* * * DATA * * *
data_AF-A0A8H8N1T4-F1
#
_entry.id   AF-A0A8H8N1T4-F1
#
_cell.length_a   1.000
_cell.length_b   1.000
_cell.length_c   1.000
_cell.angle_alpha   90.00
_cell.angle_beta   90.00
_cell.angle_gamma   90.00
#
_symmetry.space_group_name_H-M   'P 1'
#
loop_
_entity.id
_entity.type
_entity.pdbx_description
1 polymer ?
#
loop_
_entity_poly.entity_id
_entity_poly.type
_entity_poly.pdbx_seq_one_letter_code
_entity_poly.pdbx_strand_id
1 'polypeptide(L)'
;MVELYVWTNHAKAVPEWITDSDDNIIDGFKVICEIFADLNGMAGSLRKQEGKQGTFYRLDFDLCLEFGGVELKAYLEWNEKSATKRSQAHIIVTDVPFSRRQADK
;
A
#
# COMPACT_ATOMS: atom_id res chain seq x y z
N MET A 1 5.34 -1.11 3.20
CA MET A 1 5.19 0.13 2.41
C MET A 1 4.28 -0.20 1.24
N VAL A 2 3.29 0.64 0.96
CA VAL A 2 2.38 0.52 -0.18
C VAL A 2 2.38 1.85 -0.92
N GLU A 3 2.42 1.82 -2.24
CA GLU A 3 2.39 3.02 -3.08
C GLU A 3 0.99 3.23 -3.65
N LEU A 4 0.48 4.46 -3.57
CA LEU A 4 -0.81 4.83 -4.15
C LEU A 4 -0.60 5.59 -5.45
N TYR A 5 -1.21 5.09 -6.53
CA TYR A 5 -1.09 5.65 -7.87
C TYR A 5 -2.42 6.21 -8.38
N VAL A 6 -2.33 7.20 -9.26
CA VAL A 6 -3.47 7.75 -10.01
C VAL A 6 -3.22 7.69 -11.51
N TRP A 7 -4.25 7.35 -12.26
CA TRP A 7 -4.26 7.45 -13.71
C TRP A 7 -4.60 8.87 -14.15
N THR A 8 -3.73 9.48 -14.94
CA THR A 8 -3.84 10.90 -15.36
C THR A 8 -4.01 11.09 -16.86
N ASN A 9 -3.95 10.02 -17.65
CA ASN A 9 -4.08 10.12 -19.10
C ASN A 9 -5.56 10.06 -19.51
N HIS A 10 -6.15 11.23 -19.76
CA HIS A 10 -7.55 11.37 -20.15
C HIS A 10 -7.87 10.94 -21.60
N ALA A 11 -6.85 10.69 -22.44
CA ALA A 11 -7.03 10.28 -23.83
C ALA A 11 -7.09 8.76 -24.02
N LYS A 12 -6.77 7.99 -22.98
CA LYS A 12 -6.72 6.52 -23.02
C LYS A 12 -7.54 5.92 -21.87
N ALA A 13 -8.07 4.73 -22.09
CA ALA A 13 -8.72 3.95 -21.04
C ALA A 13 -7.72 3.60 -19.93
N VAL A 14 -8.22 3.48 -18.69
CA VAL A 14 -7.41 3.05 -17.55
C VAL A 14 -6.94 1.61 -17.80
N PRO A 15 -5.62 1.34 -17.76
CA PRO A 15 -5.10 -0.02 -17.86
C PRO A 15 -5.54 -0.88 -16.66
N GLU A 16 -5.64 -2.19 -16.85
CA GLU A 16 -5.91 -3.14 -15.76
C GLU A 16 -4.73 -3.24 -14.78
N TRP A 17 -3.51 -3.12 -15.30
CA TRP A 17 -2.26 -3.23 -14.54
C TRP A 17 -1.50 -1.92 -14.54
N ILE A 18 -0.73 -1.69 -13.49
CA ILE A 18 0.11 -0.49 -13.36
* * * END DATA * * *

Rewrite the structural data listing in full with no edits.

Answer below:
data_AF-A0A8H8N1T4-F1
#
_entry.id   AF-A0A8H8N1T4-F1
#
_cell.length_a   1.000
_cell.length_b   1.000
_cell.length_c   1.000
_cell.angle_alpha   90.00
_cell.angle_beta   90.00
_cell.angle_gamma   90.00
#
_symmetry.space_group_name_H-M   'P 1'
#
loop_
_entity.id
_entity.type
_entity.pdbx_description
1 polymer ?
#
loop_
_entity_poly.entity_id
_entity_poly.type
_entity_poly.pdbx_seq_one_letter_code
_entity_poly.pdbx_strand_id
1 'polypeptide(L)'
;MVELYVWTNHAKAVPEWITDSDDNIIDGFKVICEIFADLNGMAGSLRKQEGKQGTFYRLDFDLCLEFGGVELKAYLEWNEKSATKRSQAHIIVTDVPFSRRQADK
;
A
#
# COMPACT_ATOMS: atom_id res chain seq x y z
N MET A 1 5.34 -1.11 3.20
CA MET A 1 5.19 0.13 2.41
C MET A 1 4.28 -0.20 1.24
N VAL A 2 3.29 0.64 0.96
CA VAL A 2 2.38 0.52 -0.18
C VAL A 2 2.38 1.85 -0.92
N GLU A 3 2.42 1.82 -2.24
CA GLU A 3 2.39 3.02 -3.08
C GLU A 3 0.99 3.23 -3.65
N LEU A 4 0.48 4.46 -3.57
CA LEU A 4 -0.81 4.83 -4.15
C LEU A 4 -0.60 5.59 -5.45
N TYR A 5 -1.21 5.09 -6.53
CA TYR A 5 -1.09 5.65 -7.87
C TYR A 5 -2.42 6.21 -8.38
N VAL A 6 -2.33 7.20 -9.26
CA VAL A 6 -3.47 7.75 -10.01
C VAL A 6 -3.22 7.69 -11.51
N TRP A 7 -4.25 7.35 -12.26
CA TRP A 7 -4.26 7.45 -13.71
C TRP A 7 -4.60 8.87 -14.15
N THR A 8 -3.73 9.48 -14.94
CA THR A 8 -3.84 10.90 -15.36
C THR A 8 -4.01 11.09 -16.86
N ASN A 9 -3.95 10.02 -17.65
CA ASN A 9 -4.08 10.12 -19.10
C ASN A 9 -5.56 10.06 -19.51
N HIS A 10 -6.15 11.23 -19.76
CA HIS A 10 -7.55 11.37 -20.15
C HIS A 10 -7.87 10.94 -21.60
N ALA A 11 -6.85 10.69 -22.44
CA ALA A 11 -7.03 10.28 -23.83
C ALA A 11 -7.09 8.76 -24.02
N LYS A 12 -6.77 7.99 -22.98
CA LYS A 12 -6.72 6.52 -23.02
C LYS A 12 -7.54 5.92 -21.87
N ALA A 13 -8.07 4.73 -22.09
CA ALA A 13 -8.72 3.95 -21.04
C ALA A 13 -7.72 3.60 -19.93
N VAL A 14 -8.22 3.48 -18.69
CA VAL A 14 -7.41 3.05 -17.55
C VAL A 14 -6.94 1.61 -17.80
N PRO A 15 -5.62 1.34 -17.76
CA PRO A 15 -5.10 -0.02 -17.86
C PRO A 15 -5.54 -0.88 -16.66
N GLU A 16 -5.64 -2.19 -16.85
CA GLU A 16 -5.91 -3.14 -15.76
C GLU A 16 -4.73 -3.24 -14.78
N TRP A 17 -3.51 -3.12 -15.30
CA TRP A 17 -2.26 -3.23 -14.54
C TRP A 17 -1.50 -1.92 -14.54
N ILE A 18 -0.73 -1.69 -13.49
CA ILE A 18 0.11 -0.49 -13.36